Lomo Saltado is one of the most popular and iconic Peruvian dishes. It is a comfort food that can be found nearly everywhere in Peru, prepared at home for family and friends, in simple restaurants and up-scale places alike, and of course in Peruvian restaurants abroad. This traditional creole dish represents like no other the unique fusion of different cultures, traditions and flavors that is so characteristic for today’s Peruvian cuisine.
In the 19th century masses of Chinese immigrants settled along the Peruvian coast to work in the booming agricultural sector. Like the Spanish conquerors, the Basques and African slaves before them, they brought their cooking culture and techniques as well as a few ingredients with them. Merging Peruvian ingredients such as potatoes, aji (Peruvian chili) and meat with the Chinese style of preparing food (finely slicing ingredients and rapidly stir frying them in a wok), Lomo Saltado was born.
The traditional Lomo Saltado is prepared by stir frying sliced beef tenderloin or sirloin with red onions, tomatoes and aji amarillo (yellow Peruvian chilies) adding soy sauce, vinegar and cilantro. Mixed with French fries and served with rice, Lomo Saltado is a great example of how foreign influences and cooking styles not only coexist next to the native, local cuisine, but melt in harmony creating new, enriched Peruvian flavors.
And for some variation of this fantastic and beloved dish, the beef can be substituted with chicken breast (Pollo Saltado), pork loin (Lomo Saltado de Cerdo), shrimps (Camerones Saltado) or a mixture of seafood (Saltado de Mariscos). Delicious!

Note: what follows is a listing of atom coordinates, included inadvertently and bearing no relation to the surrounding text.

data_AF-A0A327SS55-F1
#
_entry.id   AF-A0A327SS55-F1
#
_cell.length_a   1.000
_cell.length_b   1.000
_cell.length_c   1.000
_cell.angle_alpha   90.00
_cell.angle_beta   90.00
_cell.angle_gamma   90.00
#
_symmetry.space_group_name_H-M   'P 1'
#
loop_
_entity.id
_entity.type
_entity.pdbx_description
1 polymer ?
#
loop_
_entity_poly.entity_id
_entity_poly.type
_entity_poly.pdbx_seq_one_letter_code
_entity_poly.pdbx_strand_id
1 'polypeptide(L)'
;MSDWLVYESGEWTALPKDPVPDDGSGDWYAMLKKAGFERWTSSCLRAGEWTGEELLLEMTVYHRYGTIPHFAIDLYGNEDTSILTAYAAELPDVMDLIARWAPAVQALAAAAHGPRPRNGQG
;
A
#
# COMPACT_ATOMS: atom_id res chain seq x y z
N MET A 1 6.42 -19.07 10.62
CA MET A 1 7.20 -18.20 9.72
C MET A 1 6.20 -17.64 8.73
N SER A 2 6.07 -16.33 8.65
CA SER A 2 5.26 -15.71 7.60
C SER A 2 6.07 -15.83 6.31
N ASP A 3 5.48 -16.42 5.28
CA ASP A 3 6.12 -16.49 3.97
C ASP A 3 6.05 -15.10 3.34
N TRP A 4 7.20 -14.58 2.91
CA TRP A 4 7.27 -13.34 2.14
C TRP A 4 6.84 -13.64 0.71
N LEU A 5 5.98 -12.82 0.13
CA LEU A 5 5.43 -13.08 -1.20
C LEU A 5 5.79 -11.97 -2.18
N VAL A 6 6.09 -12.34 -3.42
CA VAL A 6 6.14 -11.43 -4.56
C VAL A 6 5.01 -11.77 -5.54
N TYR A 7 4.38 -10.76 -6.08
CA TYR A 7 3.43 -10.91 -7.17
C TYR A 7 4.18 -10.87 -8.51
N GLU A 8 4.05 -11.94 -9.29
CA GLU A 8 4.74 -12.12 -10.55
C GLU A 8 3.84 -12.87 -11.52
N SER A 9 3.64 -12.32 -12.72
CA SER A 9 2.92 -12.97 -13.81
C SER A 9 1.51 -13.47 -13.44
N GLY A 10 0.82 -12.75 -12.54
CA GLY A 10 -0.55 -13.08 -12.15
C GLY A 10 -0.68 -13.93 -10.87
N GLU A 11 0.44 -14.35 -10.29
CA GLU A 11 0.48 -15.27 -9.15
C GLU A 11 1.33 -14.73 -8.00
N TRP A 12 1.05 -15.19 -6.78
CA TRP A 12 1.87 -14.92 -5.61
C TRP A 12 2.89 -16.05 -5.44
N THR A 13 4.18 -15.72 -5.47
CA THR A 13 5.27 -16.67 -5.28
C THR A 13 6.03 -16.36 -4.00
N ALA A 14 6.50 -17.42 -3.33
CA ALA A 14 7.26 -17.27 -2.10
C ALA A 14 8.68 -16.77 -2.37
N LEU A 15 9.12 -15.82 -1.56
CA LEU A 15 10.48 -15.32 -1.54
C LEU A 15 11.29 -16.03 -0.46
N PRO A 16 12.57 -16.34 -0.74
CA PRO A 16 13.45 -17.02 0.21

Is your mouth already watering? So indulge in my quick and simple to prepare recipe for authentic Peruvian Lomo Saltado. All ingredients can be found easily, no matter where in the world you live; except for the aji amarillo. If you want to stay as authentic as possible and don’t live in Peru, try Latin American food stores around you or online shops. They usually carry aji amarillo in jars or frozen as well as aji amarillo paste that serves its purpose of giving this dish a mild spicy note. If you can't get it, you can use any other mild yellow, orange or red chili pepper or even an orange bell pepper. The Pisco is optional and can easily be left out; I usually add it to my Lomo Saltado to give the dish this little extra Peruvian flavor.